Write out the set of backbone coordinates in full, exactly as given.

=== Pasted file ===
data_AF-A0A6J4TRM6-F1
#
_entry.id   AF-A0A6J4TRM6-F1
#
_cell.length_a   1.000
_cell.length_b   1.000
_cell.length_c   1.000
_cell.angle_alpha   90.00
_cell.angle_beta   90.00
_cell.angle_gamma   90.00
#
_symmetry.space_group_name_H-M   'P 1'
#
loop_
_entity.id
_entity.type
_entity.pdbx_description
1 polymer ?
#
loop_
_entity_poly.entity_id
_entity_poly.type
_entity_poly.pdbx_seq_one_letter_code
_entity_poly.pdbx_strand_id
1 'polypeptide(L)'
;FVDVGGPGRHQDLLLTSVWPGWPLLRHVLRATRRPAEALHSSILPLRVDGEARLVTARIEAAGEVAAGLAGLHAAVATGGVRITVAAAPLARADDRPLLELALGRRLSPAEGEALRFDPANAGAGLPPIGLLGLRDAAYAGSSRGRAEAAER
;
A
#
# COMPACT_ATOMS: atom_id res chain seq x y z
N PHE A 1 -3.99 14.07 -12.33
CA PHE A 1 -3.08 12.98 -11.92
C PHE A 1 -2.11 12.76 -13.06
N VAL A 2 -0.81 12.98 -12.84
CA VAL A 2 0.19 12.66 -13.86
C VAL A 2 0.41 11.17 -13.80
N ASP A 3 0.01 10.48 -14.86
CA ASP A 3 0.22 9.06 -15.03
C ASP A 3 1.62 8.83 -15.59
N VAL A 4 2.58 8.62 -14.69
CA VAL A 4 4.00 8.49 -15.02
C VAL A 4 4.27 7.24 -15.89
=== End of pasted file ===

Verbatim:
data_AF-A0A6J4TRM6-F1
#
_entry.id   AF-A0A6J4TRM6-F1
#
_cell.length_a   1.000
_cell.length_b   1.000
_cell.length_c   1.000
_cell.angle_alpha   90.00
_cell.angle_beta   90.00
_cell.angle_gamma   90.00
#
_symmetry.space_group_name_H-M   'P 1'
#
loop_
_entity.id
_entity.type
_entity.pdbx_description
1 polymer ?
#
loop_
_entity_poly.entity_id
_entity_poly.type
_entity_poly.pdbx_seq_one_letter_code
_entity_poly.pdbx_strand_id
1 'polypeptide(L)'
;FVDVGGPGRHQDLLLTSVWPGWPLLRHVLRATRRPAEALHSSILPLRVDGEARLVTARIEAAGEVAAGLAGLHAAVATGGVRITVAAAPLARADDRPLLELALGRRLSPAEGEALRFDPANAGAGLPPIGLLGLRDAAYAGSSRGRAEAAER
;
A
#
# COMPACT_ATOMS: atom_id res chain seq x y z
N PHE A 1 -3.99 14.07 -12.33
CA PHE A 1 -3.08 12.98 -11.92
C PHE A 1 -2.11 12.76 -13.06
N VAL A 2 -0.81 12.98 -12.84
CA VAL A 2 0.19 12.66 -13.86
C VAL A 2 0.41 11.17 -13.80
N ASP A 3 0.01 10.48 -14.86
CA ASP A 3 0.22 9.06 -15.03
C ASP A 3 1.62 8.83 -15.59
N VAL A 4 2.58 8.62 -14.69
CA VAL A 4 4.00 8.49 -15.02
C VAL A 4 4.27 7.24 -15.89